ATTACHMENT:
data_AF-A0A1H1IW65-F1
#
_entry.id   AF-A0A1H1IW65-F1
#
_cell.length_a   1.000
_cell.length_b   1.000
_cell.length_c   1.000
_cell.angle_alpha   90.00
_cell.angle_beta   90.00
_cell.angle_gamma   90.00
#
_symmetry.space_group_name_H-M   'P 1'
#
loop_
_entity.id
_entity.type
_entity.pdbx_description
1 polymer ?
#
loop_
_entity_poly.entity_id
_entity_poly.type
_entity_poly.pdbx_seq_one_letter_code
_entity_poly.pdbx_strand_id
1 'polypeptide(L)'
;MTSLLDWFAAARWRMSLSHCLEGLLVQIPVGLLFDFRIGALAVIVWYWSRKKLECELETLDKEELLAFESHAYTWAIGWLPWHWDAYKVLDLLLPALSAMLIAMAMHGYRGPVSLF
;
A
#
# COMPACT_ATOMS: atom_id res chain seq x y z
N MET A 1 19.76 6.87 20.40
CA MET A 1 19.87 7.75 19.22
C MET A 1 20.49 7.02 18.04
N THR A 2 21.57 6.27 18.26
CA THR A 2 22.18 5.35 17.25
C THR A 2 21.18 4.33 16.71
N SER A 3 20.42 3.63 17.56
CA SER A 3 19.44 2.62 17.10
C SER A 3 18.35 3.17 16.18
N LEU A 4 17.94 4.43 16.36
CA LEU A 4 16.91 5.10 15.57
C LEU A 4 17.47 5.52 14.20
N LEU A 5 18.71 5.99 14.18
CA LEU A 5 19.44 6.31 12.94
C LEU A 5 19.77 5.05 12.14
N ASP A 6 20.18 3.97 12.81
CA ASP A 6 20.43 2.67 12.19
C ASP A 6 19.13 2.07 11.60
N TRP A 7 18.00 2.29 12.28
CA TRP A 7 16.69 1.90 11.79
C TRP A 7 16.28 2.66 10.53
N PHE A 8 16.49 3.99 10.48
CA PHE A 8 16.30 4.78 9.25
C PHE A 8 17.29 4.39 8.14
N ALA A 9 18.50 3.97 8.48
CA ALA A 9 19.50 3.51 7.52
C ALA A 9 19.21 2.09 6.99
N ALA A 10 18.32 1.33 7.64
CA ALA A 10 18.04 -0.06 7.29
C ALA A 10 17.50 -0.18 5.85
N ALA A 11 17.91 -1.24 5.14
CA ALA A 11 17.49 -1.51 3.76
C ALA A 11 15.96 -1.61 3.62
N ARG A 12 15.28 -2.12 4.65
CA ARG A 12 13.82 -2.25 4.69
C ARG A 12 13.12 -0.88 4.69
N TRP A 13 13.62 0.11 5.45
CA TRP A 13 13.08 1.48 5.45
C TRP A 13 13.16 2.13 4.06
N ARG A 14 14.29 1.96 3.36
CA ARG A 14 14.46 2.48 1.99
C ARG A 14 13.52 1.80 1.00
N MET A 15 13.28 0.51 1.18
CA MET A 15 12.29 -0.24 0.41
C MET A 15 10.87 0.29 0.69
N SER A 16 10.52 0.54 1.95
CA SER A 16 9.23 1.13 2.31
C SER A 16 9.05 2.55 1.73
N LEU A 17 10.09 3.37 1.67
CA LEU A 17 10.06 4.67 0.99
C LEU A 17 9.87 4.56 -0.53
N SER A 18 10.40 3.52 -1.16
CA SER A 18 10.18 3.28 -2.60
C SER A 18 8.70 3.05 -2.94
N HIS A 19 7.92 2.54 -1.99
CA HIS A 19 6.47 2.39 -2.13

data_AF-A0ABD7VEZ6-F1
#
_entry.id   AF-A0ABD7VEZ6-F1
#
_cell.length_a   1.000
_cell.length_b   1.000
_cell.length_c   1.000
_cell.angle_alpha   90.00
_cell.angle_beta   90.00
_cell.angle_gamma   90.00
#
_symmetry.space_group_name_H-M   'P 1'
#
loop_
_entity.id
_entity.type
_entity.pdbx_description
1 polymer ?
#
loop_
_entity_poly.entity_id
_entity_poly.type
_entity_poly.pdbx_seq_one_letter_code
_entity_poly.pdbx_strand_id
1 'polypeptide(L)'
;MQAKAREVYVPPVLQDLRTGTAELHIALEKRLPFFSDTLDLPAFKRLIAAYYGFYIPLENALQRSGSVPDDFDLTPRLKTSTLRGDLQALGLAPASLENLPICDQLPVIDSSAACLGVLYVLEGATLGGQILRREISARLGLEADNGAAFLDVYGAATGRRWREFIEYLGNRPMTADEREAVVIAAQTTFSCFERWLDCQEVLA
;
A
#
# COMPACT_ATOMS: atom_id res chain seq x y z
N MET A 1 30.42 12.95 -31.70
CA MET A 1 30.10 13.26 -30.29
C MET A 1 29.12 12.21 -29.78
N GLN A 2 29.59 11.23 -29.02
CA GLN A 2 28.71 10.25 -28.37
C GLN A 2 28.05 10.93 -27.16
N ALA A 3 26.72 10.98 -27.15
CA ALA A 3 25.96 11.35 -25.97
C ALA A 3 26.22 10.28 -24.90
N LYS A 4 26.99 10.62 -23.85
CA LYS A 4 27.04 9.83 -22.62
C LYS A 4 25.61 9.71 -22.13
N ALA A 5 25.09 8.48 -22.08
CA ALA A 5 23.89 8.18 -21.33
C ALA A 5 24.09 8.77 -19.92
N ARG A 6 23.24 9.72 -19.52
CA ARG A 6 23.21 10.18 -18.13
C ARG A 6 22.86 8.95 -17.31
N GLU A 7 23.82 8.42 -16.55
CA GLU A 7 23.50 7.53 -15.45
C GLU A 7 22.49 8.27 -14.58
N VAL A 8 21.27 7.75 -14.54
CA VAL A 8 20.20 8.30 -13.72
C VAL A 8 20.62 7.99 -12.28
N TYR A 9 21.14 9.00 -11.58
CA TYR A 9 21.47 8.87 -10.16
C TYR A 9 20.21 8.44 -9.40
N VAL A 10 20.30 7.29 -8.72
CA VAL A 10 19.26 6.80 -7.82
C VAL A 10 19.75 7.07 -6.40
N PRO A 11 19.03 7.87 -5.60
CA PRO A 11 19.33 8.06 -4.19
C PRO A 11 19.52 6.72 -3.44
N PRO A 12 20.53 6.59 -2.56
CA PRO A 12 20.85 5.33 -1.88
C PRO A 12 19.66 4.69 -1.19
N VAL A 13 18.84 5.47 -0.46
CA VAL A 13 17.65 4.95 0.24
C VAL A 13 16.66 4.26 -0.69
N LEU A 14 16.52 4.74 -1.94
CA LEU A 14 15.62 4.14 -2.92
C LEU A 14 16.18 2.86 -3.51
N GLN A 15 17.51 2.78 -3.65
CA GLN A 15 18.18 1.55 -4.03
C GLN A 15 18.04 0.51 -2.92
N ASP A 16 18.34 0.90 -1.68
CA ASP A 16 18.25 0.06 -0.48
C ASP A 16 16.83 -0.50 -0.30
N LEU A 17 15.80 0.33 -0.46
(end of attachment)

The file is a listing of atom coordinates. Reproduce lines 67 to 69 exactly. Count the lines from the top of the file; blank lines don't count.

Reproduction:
N TRP A 13 13.62 0.11 5.45
CA TRP A 13 13.08 1.48 5.45
C TRP A 13 13.16 2.13 4.06